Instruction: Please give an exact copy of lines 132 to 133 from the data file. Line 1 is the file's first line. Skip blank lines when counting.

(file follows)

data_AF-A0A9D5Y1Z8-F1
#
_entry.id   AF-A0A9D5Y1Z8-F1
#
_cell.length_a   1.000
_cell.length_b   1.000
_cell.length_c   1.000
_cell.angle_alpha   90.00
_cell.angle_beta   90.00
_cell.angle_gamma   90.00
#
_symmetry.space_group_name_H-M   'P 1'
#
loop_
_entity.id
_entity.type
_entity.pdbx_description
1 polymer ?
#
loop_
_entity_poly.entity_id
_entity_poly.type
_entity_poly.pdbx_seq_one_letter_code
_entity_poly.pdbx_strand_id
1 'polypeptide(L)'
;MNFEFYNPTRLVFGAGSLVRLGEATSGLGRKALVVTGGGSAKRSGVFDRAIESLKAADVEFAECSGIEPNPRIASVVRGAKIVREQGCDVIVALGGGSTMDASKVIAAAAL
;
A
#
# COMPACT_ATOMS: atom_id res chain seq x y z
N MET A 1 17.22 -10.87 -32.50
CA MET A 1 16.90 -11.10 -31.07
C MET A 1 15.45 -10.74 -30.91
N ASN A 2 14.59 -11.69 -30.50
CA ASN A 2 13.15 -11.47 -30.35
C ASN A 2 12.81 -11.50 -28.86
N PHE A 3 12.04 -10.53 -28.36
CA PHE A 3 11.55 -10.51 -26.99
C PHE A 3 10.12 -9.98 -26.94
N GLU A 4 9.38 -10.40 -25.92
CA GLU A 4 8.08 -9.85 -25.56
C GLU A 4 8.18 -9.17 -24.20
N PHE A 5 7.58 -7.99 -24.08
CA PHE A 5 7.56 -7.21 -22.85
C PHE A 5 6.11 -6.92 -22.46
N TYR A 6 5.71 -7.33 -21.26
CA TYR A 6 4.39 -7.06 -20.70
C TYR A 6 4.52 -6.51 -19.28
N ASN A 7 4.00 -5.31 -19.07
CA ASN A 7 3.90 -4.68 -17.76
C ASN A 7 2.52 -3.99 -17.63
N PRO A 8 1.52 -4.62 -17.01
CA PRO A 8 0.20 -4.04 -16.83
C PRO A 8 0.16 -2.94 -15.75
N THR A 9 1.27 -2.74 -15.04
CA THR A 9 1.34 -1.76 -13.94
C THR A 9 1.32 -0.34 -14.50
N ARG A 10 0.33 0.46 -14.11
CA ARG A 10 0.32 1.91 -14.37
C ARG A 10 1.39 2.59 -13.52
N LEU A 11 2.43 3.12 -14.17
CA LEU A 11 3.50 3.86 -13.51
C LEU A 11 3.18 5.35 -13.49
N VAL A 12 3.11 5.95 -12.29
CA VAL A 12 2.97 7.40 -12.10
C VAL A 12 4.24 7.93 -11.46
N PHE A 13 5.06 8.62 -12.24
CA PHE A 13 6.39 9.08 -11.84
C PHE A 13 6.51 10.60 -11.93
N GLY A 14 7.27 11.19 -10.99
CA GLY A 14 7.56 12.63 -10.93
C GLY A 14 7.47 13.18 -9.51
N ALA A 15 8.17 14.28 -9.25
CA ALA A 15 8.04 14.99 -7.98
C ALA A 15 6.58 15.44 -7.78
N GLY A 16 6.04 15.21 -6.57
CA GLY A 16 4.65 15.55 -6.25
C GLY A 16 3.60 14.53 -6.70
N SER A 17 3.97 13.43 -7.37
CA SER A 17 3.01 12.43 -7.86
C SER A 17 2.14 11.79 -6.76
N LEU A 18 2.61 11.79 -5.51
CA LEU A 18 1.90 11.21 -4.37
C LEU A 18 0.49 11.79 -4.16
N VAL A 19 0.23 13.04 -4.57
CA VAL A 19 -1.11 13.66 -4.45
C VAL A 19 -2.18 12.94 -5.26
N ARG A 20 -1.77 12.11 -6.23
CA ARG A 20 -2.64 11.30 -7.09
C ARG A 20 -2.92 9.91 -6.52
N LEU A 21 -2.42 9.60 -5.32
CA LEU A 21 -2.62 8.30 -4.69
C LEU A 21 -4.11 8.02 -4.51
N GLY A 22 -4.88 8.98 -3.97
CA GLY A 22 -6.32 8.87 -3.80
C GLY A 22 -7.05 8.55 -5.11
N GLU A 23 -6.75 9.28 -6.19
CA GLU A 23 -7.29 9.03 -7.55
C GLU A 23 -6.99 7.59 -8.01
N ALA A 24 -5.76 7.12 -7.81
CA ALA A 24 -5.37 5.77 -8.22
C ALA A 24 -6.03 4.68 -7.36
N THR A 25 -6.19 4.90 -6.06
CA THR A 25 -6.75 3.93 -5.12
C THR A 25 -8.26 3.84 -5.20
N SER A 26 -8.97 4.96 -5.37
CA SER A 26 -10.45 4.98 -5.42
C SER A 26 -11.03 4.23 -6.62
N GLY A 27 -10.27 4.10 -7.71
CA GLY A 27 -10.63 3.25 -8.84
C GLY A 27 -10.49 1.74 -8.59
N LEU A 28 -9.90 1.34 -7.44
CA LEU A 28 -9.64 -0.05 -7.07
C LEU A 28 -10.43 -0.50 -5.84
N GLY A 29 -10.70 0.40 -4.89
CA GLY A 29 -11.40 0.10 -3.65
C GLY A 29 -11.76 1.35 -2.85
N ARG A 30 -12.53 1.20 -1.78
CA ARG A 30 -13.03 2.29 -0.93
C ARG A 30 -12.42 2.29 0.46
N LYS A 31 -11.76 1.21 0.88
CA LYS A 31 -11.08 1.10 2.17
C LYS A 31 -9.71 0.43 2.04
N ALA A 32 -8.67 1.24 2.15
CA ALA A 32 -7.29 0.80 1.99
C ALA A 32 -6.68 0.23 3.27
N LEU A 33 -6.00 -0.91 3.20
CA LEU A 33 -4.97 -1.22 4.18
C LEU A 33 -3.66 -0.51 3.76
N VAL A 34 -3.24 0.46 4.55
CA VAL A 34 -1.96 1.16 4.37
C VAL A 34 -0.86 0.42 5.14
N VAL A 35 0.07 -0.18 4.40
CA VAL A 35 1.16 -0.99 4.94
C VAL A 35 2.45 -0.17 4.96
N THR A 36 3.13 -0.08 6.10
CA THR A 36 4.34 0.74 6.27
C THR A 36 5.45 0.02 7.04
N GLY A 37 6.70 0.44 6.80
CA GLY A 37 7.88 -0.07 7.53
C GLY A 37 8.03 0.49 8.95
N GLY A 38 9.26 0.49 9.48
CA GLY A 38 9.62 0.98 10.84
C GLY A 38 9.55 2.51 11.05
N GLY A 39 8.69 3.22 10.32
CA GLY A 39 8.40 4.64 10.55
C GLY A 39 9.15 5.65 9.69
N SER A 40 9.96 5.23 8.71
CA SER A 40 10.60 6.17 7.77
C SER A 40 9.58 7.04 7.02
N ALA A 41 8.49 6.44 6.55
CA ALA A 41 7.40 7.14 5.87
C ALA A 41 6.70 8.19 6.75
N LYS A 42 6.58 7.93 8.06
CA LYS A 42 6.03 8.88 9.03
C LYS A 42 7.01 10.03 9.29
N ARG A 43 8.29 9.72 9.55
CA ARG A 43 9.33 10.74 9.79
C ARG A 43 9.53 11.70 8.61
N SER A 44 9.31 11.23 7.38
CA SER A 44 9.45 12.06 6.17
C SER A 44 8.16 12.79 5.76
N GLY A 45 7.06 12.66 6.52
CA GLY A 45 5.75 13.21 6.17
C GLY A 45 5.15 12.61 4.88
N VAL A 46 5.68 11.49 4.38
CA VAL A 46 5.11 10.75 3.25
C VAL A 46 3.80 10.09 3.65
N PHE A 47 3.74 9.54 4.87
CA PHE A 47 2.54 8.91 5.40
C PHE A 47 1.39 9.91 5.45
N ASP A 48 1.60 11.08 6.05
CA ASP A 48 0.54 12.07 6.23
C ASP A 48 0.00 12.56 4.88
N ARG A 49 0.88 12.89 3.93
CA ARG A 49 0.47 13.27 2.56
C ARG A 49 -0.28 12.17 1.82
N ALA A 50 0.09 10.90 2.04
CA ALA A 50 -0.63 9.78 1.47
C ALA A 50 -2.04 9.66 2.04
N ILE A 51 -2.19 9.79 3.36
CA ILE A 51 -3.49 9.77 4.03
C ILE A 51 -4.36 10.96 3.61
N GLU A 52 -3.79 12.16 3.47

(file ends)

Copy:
C VAL A 34 -0.86 0.42 5.14
N VAL A 35 0.07 -0.18 4.40